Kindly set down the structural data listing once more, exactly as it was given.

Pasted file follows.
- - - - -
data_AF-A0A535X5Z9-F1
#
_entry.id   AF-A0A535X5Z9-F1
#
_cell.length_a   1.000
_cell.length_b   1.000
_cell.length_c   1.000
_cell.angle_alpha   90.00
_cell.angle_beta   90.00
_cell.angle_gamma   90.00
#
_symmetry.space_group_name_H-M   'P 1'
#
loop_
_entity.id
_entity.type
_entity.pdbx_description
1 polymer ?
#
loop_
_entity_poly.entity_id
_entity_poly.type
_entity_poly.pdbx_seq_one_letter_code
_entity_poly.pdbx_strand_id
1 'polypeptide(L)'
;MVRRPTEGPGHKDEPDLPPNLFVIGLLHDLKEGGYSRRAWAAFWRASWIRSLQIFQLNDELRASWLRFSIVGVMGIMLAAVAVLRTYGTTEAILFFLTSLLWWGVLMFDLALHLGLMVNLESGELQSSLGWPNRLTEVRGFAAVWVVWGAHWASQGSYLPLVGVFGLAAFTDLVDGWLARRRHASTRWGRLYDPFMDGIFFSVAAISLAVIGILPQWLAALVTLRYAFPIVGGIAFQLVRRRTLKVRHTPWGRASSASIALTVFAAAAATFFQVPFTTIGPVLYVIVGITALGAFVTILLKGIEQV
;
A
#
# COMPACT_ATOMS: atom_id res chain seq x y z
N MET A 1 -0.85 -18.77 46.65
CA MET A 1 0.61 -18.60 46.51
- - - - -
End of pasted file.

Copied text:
data_AF-A0A535X5Z9-F1
#
_entry.id   AF-A0A535X5Z9-F1
#
_cell.length_a   1.000
_cell.length_b   1.000
_cell.length_c   1.000
_cell.angle_alpha   90.00
_cell.angle_beta   90.00
_cell.angle_gamma   90.00
#
_symmetry.space_group_name_H-M   'P 1'
#
loop_
_entity.id
_entity.type
_entity.pdbx_description
1 polymer ?
#
loop_
_entity_poly.entity_id
_entity_poly.type
_entity_poly.pdbx_seq_one_letter_code
_entity_poly.pdbx_strand_id
1 'polypeptide(L)'
;MVRRPTEGPGHKDEPDLPPNLFVIGLLHDLKEGGYSRRAWAAFWRASWIRSLQIFQLNDELRASWLRFSIVGVMGIMLAAVAVLRTYGTTEAILFFLTSLLWWGVLMFDLALHLGLMVNLESGELQSSLGWPNRLTEVRGFAAVWVVWGAHWASQGSYLPLVGVFGLAAFTDLVDGWLARRRHASTRWGRLYDPFMDGIFFSVAAISLAVIGILPQWLAALVTLRYAFPIVGGIAFQLVRRRTLKVRHTPWGRASSASIALTVFAAAAATFFQVPFTTIGPVLYVIVGITALGAFVTILLKGIEQV
;
A
#
# COMPACT_ATOMS: atom_id res chain seq x y z
N MET A 1 -0.85 -18.77 46.65
CA MET A 1 0.61 -18.60 46.51